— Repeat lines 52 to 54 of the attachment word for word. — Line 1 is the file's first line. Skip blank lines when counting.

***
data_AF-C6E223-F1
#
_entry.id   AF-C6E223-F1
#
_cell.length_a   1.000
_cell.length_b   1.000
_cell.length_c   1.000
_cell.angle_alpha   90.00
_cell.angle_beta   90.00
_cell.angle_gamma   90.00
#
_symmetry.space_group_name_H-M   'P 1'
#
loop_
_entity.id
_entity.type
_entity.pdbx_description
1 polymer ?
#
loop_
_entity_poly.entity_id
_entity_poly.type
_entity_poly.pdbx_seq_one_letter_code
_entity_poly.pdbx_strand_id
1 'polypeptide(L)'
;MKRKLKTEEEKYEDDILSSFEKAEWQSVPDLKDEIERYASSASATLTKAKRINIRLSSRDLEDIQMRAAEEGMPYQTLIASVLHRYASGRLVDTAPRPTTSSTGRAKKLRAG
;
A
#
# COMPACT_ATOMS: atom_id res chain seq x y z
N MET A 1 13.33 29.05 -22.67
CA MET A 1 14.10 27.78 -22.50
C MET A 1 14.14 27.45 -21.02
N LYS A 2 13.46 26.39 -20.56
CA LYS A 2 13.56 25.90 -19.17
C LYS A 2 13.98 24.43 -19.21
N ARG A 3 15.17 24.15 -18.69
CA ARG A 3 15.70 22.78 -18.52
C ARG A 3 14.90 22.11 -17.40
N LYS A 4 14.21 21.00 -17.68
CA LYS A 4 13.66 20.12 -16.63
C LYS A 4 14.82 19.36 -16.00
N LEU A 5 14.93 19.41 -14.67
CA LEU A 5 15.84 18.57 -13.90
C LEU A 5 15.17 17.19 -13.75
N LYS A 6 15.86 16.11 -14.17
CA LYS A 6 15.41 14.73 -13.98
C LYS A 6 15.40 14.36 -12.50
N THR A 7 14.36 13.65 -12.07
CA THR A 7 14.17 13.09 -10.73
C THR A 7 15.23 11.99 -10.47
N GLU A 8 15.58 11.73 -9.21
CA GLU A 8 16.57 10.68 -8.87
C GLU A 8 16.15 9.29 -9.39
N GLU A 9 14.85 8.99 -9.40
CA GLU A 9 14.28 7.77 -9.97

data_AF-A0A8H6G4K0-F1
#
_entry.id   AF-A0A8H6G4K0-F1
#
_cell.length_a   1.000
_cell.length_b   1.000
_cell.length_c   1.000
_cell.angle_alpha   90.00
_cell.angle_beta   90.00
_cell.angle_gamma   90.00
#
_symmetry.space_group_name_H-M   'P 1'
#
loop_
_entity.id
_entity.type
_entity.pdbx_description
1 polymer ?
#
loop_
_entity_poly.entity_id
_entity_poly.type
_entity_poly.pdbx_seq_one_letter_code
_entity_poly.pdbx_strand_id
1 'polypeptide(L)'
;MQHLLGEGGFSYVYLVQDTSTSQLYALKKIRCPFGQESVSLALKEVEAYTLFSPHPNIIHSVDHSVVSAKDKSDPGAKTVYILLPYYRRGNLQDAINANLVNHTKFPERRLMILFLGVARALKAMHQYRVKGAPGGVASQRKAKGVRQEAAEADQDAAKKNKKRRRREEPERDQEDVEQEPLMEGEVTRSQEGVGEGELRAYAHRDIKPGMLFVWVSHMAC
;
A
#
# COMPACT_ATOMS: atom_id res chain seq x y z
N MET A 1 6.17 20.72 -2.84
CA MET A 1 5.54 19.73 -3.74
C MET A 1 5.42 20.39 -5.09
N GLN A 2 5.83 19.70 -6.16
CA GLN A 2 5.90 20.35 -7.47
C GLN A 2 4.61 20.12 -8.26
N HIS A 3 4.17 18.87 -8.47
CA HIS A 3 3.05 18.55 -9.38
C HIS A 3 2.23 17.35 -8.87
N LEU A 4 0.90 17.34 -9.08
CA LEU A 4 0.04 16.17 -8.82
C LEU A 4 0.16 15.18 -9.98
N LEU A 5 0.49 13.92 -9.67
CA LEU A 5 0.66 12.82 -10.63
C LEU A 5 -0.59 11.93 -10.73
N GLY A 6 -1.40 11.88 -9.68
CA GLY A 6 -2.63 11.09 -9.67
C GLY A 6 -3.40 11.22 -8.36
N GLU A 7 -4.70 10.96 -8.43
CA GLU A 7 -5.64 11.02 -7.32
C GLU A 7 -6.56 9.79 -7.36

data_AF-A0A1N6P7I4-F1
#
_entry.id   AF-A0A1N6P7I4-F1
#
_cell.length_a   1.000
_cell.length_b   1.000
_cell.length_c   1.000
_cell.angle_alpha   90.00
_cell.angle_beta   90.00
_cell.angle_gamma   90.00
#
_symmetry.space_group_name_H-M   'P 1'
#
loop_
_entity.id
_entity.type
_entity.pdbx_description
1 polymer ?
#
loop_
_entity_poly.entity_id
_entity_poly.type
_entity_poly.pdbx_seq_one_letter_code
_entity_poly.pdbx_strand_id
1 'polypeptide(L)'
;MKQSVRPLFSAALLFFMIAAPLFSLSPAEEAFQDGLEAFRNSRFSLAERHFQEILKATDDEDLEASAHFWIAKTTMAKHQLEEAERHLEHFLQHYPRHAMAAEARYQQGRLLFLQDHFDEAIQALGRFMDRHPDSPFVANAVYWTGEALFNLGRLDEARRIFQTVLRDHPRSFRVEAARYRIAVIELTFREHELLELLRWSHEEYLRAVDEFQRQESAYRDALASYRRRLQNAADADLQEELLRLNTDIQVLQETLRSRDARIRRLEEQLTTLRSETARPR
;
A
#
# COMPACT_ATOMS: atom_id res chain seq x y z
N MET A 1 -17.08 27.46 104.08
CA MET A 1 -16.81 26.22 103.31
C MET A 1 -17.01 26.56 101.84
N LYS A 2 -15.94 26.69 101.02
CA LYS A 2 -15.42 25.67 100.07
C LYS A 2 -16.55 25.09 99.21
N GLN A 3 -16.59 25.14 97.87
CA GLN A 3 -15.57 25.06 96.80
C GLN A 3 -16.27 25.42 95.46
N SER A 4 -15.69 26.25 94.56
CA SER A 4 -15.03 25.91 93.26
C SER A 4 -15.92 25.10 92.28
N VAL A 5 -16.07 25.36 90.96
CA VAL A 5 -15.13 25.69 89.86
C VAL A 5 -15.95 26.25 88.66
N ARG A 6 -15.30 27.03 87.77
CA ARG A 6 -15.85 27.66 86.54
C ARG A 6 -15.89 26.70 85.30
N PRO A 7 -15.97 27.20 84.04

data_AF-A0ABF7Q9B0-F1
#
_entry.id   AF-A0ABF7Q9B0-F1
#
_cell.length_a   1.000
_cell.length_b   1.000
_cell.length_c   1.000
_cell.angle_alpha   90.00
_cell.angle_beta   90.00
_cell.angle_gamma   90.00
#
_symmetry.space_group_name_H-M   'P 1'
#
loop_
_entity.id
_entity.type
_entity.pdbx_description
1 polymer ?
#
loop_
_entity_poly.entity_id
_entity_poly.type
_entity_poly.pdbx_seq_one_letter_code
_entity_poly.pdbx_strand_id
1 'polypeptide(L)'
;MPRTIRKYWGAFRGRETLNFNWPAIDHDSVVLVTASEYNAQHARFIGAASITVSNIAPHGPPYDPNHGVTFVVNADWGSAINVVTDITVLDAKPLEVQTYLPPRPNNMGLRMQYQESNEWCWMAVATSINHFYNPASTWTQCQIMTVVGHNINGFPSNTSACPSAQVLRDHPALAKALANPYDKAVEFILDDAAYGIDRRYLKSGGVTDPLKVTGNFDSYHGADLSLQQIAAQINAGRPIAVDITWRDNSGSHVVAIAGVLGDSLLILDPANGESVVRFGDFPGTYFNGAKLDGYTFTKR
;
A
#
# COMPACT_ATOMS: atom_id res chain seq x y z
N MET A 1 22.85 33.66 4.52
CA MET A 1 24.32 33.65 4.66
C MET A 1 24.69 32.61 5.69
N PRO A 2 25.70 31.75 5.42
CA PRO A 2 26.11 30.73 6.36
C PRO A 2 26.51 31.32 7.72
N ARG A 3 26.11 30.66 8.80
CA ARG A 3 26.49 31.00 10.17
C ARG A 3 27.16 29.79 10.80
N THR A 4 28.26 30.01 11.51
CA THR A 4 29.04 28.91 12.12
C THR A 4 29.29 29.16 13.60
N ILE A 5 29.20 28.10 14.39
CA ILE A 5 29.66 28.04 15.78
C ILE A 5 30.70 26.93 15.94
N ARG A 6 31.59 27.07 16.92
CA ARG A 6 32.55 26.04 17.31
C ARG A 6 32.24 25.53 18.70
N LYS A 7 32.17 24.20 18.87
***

N GLU A 8 15.58 11.73 -9.21
CA GLU A 8 16.57 10.68 -8.87
C GLU A 8 16.15 9.29 -9.39